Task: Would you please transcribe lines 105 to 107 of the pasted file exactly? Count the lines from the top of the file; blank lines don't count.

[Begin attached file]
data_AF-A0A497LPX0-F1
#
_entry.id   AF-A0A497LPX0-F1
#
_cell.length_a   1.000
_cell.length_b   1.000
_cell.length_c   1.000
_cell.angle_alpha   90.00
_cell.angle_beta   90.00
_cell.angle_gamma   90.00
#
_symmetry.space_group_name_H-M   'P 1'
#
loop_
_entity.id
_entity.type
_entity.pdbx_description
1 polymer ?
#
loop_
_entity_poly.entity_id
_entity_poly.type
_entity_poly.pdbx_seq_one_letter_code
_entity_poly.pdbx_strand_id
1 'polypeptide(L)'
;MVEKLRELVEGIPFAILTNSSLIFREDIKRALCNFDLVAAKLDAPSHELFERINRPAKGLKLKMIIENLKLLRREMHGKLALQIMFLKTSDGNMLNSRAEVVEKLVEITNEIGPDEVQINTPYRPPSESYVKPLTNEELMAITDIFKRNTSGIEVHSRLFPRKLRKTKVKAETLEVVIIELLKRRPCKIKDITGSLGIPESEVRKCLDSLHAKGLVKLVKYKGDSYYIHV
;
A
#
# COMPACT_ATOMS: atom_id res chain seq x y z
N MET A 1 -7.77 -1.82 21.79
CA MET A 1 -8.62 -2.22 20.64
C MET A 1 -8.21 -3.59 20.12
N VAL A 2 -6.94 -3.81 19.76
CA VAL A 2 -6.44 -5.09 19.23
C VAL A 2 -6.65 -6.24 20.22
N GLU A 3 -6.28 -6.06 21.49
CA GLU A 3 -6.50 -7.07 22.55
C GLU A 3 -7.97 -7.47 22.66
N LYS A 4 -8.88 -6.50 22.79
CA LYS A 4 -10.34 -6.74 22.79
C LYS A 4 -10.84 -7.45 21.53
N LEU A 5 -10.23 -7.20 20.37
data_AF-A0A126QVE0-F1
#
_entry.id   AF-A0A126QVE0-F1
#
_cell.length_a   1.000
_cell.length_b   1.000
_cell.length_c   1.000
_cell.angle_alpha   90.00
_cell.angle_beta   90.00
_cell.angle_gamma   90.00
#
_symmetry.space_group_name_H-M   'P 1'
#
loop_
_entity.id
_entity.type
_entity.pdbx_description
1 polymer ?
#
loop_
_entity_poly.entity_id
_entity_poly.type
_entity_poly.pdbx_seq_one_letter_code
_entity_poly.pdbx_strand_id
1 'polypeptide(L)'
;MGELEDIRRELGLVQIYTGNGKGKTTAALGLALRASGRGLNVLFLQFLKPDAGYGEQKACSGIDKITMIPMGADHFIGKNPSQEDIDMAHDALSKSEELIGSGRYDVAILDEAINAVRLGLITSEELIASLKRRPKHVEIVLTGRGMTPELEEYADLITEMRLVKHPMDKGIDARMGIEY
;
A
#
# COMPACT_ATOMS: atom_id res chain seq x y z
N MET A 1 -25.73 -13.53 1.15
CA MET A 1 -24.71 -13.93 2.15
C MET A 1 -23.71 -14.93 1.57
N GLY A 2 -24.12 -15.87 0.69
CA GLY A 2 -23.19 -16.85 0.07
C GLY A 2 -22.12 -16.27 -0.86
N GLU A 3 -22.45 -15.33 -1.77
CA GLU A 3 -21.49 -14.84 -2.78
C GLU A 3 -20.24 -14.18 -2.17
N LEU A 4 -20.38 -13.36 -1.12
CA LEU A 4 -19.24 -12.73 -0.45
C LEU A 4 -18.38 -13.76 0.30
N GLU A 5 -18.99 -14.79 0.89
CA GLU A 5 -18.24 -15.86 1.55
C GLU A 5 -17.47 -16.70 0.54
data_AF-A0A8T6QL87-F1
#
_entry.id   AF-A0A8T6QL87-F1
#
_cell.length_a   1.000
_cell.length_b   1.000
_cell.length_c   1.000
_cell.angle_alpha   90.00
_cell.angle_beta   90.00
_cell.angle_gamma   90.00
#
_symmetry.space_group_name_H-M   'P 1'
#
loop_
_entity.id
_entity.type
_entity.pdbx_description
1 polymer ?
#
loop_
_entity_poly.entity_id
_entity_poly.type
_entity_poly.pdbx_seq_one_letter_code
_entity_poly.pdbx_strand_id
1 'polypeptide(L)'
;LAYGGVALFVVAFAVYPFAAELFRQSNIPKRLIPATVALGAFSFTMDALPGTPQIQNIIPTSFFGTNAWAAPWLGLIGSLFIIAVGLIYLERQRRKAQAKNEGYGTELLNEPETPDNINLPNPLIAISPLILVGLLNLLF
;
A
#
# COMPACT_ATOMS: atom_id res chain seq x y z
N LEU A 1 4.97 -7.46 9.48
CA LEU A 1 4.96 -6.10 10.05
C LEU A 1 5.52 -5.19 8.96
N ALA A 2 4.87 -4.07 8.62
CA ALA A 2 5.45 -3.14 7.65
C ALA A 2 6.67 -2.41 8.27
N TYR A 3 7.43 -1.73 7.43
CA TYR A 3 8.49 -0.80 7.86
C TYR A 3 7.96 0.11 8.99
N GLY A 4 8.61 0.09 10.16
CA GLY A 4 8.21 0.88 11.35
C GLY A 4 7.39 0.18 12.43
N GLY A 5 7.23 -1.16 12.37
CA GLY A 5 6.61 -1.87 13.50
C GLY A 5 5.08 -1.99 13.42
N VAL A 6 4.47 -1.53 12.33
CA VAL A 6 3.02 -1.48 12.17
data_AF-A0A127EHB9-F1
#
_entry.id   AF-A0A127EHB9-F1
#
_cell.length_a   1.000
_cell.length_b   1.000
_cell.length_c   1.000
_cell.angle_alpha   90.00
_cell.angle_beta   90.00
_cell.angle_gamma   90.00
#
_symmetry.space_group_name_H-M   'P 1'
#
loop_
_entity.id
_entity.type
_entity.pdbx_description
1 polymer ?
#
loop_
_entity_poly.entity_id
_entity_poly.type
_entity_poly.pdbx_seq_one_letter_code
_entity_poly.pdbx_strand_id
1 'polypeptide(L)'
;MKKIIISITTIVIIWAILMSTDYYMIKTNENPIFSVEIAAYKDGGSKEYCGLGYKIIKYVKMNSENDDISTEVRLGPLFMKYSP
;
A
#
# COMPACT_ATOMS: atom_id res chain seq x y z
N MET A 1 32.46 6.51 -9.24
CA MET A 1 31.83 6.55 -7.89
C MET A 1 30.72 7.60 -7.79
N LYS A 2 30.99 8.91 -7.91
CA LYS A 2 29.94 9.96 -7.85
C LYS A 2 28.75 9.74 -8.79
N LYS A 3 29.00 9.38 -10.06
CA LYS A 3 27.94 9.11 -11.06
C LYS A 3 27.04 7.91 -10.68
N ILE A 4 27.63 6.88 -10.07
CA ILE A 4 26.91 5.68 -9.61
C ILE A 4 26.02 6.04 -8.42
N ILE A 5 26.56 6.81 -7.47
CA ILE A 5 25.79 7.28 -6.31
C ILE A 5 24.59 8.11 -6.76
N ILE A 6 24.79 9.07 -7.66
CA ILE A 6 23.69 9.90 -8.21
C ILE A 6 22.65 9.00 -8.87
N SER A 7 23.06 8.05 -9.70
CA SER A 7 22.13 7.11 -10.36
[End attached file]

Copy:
_entity.pdbx_description
1 polymer ?
#